The company that made evening papers extinct

17 October 2014

Graham Wakeman , Partner, Specialty Taxes |

BDO's Technology, Media and Telecommunications team in Sydney pulls the curtain back on how success at Salmat was underpinned, not only by the speed of technological integration, but with the complementary use of advanced tools.

Salmat Co-founder, Phil Salter, urges, ‘culture is paramount’. To achieve a projected double digit growth in the next 12 months, Salmat needed to re-align with its core value for customer intimacy. This competence drove evening papers to obsolescence and is essential in repositioning the enterprise as a challenger in the digital age.

Salmat – now at a market cap of over $300m - began as a letter box distribution business. Circa early ‘80s, news was still circulated on a half daily cycle and evening papers were a dominant advertising channel. Leveraging its distribution network, Salmat offered an alternative and more concentrated platform for advertisers. The team built a list of prospects from cut-outs of advertisements in evening papers, and Salmat banked on businesses’ constant need to improve their reach and effectively stimulate purchases.

Businesses soon transitioned to catalogues and evening news editions were rendered obsolete within a few years. Deconstructing this rapid diffusion, Salter pin-points the necessity of involving the end-user and asking ‘exactly what the customer is thinking’. As Salter sees it ‘sales is a powerhouse of profits’, and the experienced salesman advises ‘talk to your customers, not at them’.

Big push into digital - yet to reward 

Pursuing this vision of customer intimacy, Salmat has undergone a series of major M&A transactions to better engage with consumers, who have largely transitioned online.

In 2010, Salmat acquired four businesses from the Photon group, augmenting its communications portfolio with service lines such as SMS network management and web development. Subsequently, in 2012, the company sold its BPO division, which delivers outsourced direct marketing, to Fuji Xerox for $375m. Salter explains diversifying from a paper-based, albeit profitable, unit as a necessary strategy for the firm must evolve with changing market preferences. He also notes that BPO is restricted by a growth ceiling as mail continues to diminish by 6% p.a. 

Salter revealed that the digital adoption has yet to yield returns for Salmat, and further recognised that whilst News Corp has had considerable success with its investment in, none of the traditional domineers have been able to engineer this transition on a large scale. He elaborated ‘valuation used to be a multiple of profits, now it’s a multiple of turnover’, emphasising the elevated importance of other metrics such as traffic and online engagement (unique visitors, repeat visits, etc.).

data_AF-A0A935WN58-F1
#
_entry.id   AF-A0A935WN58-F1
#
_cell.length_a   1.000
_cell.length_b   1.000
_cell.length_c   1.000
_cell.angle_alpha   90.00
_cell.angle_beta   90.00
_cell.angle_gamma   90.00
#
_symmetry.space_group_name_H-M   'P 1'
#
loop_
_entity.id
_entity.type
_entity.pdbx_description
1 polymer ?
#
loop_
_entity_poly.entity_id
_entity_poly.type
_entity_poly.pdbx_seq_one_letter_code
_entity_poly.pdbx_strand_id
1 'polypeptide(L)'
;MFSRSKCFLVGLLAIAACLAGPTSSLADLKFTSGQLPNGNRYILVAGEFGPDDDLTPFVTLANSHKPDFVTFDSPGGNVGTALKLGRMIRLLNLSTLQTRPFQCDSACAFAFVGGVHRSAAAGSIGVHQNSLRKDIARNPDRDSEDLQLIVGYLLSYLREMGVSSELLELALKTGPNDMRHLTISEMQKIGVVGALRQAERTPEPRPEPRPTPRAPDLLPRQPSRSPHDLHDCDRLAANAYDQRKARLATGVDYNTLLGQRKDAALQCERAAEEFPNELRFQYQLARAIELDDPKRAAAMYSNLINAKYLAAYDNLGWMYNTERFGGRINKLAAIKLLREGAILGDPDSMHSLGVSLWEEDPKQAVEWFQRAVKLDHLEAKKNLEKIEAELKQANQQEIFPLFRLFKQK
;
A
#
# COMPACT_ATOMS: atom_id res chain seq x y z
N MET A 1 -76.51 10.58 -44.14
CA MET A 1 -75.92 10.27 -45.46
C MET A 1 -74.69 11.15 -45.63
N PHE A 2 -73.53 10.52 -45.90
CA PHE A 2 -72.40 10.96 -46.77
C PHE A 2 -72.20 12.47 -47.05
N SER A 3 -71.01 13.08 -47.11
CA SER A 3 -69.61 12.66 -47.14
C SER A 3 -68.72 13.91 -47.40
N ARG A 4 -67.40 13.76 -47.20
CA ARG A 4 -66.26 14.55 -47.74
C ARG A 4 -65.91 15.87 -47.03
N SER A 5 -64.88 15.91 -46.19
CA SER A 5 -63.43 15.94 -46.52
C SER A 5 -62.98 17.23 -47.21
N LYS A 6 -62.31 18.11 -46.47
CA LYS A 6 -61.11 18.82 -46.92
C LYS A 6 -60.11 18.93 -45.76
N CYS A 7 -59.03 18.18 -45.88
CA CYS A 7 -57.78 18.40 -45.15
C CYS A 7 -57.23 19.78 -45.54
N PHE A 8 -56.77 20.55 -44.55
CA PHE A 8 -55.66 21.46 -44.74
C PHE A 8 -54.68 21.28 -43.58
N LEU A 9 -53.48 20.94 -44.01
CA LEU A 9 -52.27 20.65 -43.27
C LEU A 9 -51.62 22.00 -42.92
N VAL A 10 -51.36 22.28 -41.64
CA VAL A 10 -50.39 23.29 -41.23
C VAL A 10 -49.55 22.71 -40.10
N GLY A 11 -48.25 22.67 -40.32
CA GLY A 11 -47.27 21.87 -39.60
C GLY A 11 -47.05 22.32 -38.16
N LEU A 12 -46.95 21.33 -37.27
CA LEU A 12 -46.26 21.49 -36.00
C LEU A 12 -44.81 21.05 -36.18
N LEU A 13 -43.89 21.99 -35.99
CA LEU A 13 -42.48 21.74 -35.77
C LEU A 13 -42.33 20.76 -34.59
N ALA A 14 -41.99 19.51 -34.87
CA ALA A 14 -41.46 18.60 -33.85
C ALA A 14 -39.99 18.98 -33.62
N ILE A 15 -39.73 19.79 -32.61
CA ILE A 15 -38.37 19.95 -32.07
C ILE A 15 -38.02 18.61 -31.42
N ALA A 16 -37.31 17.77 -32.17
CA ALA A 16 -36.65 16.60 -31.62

Concluding, Salter states ‘the [business] model has changed, and Salmat must adapt.’

Pivot, don’t deviate

Cuts in the advertising budgets of ailing big and mid-tier retailers, Salmat’s primary clientele, has placed additional strain on the business, which is aggressively pursuing inorganic growth via M&A to keep pace with the digital evolution. As a result, Salmat’s shares slipped by 14% in 20141. Despite this, Salmat intends to acquire more analytics and CRM businesses - projected $100m in value - from mid to late next year, as it works towards a consolidated and more robust structure.

High value purchases are expected as Salmat is pivoting from decades of reliance on a profitable paper-centric model. Shifts in advertising spend globally, and especially in the Asia-Pacific region, shall persist as obstacles for traditional industry leaders. In 2017, relative to 2012, advertising will be lower for print media, but higher for every other category - particularly digital which has a projected 14.7% growth compounded annually to 20172. This excludes print media from the booming growth in APAC, which is to account for 63% of total increase in advertising spends and from which digital will capture the most value.

However, post M&A integration is another major challenge to consider. In regards to the acquisition of the Photon businesses, Salter highlights the risk of overvaluing synergies ‘we bought the business, but did not inherit the passion of its people. They were done with it.’ This also poses a threat of cultural clash to Salmat, whose co-founders, Salter and Mattick, still own over a quarter of the company.

Evidently, Salmat’s long-term success is not merely underpinned by the speed of technological integration, but rather the complementary use of advanced tools to enhance Salmat’s unique solutions for customer needs.

That is, staying true to the principle ‘talk to your customer, not at them’.

1Heffernan M. 2014, ‘Junk mail company Salmat upbeat on plan to add digital to 'old media'’, Sydney Morning Herald, July 24,

2Mckinsey & Company 2013, Global Media Report 2013, London.